Eminent physician Thomas C. Galloway was born March 17, 1886 in Boise. As a researcher at the Northwestern University Medical School, Galloway made award-winning discoveries in the symptomatic treatment of "bulbar" poliomyelitis, one of the most dreaded diseases of the Twentieth Century.

His father, of the same name, was among a handful of whites who first settled along the Weiser River in 1863 [blog, June 6]. The elder Thomas married in 1868 and began raising a family. After about fifteen years, Galloway owned a huge herd of horses. However, his oldest children were also approaching high school age, and he and wife Mary felt their local educational opportunities were limited.

Father Tom sold his horses, and one of two ranches they then owned, and moved the family to Boise City. There, he bought a home as well as much other real estate. It was also there that Thomas, Junior, was born. The Galloways remained in Boise until the older children had completed high school, then moved back to Weiser in 1896-1899.

Thomas, Junior, arrived at the University of Idaho campus at a time of substantial growth. During that general period, contractors completed a new women's dormitory, a gymnasium, and a new science hall. Of course, he would have also been on campus when fire destroyed the Administration Building at the end of March 1906: He graduated that spring.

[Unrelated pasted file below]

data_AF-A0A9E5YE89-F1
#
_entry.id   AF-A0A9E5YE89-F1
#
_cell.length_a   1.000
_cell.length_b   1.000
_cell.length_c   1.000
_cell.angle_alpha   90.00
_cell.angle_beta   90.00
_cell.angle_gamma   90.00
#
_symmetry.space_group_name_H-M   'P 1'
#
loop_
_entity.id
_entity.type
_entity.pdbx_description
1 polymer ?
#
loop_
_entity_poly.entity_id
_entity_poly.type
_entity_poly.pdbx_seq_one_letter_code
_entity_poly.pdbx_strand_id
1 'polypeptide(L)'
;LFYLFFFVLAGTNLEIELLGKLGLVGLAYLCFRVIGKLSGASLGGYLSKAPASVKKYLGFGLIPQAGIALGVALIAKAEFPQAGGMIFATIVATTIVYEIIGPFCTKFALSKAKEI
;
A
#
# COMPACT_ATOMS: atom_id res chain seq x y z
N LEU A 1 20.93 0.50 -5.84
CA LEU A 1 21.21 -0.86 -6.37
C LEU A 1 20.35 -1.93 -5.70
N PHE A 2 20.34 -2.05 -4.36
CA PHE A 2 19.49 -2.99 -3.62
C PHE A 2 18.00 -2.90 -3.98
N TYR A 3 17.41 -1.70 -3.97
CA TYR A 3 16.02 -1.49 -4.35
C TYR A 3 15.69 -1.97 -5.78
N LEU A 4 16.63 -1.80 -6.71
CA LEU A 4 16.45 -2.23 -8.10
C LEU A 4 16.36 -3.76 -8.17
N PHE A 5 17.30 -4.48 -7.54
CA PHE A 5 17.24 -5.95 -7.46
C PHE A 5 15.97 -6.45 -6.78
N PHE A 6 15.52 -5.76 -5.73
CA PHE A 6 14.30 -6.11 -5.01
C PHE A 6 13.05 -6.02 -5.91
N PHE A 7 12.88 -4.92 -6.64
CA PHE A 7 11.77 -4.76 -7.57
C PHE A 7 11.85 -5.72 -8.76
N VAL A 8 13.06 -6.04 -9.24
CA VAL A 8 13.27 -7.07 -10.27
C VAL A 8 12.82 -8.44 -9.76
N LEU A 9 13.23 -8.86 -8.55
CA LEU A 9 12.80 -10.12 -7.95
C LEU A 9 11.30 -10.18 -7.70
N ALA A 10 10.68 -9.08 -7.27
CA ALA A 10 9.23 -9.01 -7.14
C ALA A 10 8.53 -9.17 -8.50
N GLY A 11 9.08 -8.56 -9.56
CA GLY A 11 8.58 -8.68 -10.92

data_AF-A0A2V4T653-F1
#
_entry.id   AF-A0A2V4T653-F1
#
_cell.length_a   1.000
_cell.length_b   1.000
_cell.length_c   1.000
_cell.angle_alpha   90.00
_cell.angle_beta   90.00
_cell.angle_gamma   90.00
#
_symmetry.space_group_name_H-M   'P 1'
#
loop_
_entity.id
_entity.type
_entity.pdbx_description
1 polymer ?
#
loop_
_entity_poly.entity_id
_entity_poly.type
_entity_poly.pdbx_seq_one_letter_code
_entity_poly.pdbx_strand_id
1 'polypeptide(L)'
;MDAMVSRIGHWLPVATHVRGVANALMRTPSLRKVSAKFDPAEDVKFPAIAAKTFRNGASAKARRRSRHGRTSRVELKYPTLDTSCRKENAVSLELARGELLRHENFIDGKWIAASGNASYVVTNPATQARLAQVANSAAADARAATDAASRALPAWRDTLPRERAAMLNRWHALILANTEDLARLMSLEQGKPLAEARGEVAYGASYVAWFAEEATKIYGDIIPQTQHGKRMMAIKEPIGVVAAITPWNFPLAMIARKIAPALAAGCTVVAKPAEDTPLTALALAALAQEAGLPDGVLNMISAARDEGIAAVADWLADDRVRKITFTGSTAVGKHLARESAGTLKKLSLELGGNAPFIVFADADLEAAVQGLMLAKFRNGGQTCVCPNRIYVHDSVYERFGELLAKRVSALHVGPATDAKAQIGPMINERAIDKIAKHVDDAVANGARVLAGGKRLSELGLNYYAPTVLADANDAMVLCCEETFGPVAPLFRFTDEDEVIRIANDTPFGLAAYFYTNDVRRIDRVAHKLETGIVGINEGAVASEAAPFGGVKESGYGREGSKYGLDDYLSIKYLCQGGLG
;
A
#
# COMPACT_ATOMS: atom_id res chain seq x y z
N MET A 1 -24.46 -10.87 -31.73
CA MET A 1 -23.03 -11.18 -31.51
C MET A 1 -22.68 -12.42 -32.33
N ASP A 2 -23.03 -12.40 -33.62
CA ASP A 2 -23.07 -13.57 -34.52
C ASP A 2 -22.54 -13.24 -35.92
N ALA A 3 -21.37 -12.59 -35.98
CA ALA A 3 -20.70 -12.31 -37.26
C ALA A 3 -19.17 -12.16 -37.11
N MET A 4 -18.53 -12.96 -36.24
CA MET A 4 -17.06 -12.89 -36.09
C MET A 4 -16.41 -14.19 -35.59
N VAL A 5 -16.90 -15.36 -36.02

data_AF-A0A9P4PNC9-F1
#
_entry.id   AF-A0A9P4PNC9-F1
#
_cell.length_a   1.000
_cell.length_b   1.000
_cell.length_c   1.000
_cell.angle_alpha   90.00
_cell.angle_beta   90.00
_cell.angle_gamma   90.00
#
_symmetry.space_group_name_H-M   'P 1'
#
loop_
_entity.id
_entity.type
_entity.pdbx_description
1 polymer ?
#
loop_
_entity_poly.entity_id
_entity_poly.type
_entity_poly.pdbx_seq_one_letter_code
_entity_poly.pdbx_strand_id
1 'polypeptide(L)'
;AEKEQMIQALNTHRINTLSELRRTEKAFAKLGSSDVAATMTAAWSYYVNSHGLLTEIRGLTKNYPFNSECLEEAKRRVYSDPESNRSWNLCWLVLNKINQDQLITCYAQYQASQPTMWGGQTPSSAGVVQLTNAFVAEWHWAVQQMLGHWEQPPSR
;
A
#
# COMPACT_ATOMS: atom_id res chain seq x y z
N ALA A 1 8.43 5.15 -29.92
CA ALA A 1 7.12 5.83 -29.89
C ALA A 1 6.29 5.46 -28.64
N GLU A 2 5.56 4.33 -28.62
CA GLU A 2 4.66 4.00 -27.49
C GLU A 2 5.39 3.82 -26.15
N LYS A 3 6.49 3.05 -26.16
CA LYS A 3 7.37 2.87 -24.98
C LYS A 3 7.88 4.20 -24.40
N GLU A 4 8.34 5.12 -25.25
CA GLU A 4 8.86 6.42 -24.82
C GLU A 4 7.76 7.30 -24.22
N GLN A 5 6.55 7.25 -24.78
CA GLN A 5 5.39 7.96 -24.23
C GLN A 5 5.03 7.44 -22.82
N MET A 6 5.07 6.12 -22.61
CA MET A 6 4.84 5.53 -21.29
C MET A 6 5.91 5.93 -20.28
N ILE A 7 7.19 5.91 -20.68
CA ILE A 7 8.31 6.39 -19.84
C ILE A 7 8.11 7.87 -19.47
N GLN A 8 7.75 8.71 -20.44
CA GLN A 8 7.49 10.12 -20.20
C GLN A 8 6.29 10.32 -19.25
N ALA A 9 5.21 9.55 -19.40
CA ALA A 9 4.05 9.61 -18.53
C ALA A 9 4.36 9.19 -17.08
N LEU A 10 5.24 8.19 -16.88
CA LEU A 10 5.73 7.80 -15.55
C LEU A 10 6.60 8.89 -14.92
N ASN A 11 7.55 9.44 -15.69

He taught chemistry at the University for a year and then moved on to the University of Chicago. The Idaho Statesman proudly reported (May 19, 1911) that Galloway was “winning high honors in scholastic and athletic lines” there. As a junior at the University's Rush Medical College, he had already published a paper in the American Journal of Physiology. Moreover, having taken up wrestling for exercise, he had become a two-time wresting champion at the school.

Galloway earned a medical degree from Rush Medical College in 1912. He spent the rest of his life in the Chicago area, although we're told that, "At his ranch in Idaho, Dr. Galloway hosted family reunions each summer for fifty years."

Thomas spent over a half century affiliated with the Evanston Hospital, and taught for many years at two other area hospitals and the Northwestern University Medical School. Galloway eventually served as Director of the Medical School. He authored or co-authored numerous medical publications.

His most noted discovery involved the use of tracheotomy to treat "bulbar" poliomyelitis. This polio variant causes severe breathing difficulties even before paralysis impacts the diaphragm and lungs.
Iron lung ward for treatment of polio victims, ca. 1953.
U.S. Food & Drug Administration.

Galloway carefully studied the risks associated with the tracheal operation versus the known breathing problems, including fatal respiratory arrest. His 94-page monograph describes the results and preferred procedure in great detail. His work is credited with saving hundreds of lives, and is still valid today, although polio vaccines have reduced the disease from a widespread, frightening scourge to a relatively uncommon pathology.